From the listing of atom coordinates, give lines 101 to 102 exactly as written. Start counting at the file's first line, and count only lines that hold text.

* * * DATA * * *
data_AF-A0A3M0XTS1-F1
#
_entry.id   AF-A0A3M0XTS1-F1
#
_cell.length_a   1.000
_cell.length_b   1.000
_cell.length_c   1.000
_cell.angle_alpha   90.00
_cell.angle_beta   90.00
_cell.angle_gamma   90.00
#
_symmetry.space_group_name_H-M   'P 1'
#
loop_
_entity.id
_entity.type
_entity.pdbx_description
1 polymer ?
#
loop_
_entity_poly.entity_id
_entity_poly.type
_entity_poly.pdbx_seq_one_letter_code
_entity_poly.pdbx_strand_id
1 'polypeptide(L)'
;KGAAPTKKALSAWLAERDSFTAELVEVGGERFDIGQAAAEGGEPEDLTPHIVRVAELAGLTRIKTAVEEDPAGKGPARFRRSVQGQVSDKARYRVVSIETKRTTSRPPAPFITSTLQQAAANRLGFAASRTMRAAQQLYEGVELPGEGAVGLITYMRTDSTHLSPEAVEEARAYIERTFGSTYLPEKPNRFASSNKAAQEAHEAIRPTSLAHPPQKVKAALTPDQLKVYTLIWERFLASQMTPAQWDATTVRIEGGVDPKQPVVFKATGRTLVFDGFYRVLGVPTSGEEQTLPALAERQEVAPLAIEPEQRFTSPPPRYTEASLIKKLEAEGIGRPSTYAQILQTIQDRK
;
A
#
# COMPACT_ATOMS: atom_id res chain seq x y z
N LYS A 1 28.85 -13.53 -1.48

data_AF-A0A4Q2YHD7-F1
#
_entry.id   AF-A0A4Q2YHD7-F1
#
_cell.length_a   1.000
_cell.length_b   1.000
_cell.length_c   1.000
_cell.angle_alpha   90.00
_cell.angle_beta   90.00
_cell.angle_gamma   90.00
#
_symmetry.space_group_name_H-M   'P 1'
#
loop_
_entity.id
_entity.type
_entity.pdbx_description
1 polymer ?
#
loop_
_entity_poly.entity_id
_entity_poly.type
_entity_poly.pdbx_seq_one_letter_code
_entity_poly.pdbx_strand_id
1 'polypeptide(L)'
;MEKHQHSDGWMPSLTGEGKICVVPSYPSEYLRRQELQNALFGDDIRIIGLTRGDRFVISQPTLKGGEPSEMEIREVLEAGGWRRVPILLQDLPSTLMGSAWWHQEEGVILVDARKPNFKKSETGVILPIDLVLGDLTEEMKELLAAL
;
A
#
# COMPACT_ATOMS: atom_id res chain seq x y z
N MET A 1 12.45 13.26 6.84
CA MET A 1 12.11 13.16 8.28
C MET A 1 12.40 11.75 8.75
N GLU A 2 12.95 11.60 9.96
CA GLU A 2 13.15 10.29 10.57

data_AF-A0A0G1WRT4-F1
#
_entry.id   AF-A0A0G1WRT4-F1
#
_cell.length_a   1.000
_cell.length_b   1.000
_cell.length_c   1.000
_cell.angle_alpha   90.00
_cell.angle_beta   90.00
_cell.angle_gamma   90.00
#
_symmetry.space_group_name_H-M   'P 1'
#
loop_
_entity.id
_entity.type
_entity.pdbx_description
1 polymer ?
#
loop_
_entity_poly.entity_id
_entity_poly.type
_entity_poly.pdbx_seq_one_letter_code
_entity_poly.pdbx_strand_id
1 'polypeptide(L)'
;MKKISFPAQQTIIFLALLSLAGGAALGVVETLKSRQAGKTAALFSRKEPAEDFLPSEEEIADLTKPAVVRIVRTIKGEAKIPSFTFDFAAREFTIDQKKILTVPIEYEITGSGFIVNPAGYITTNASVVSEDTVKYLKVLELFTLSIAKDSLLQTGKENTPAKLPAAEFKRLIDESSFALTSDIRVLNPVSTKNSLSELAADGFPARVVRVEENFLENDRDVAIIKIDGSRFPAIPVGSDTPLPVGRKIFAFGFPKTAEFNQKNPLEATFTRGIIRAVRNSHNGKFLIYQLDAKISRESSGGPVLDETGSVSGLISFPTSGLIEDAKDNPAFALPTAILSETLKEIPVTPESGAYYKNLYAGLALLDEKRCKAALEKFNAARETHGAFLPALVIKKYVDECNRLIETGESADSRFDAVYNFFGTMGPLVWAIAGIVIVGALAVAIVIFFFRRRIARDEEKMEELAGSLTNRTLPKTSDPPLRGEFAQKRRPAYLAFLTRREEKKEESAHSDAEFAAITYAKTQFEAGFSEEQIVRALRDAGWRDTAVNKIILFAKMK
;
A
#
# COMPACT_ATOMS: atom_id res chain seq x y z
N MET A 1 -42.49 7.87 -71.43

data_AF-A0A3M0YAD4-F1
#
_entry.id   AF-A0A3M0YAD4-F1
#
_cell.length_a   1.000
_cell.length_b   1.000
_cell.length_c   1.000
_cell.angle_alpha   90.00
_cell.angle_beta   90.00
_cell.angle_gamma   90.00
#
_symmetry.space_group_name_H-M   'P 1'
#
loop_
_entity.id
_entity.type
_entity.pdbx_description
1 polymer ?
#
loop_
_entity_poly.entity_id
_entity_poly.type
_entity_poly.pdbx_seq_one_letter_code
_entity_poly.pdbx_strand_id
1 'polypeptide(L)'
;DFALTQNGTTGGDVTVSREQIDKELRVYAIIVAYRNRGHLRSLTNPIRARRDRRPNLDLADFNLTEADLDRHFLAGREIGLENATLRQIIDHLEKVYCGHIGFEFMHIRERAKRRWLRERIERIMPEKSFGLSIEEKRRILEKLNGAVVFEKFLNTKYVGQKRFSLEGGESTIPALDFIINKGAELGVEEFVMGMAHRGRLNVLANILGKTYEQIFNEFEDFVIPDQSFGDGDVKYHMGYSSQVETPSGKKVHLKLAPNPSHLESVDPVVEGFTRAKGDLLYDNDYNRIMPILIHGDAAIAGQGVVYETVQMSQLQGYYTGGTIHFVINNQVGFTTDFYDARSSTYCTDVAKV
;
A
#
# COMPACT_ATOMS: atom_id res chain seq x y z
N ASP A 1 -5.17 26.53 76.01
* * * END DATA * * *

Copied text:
#
_cell.length_a   1.000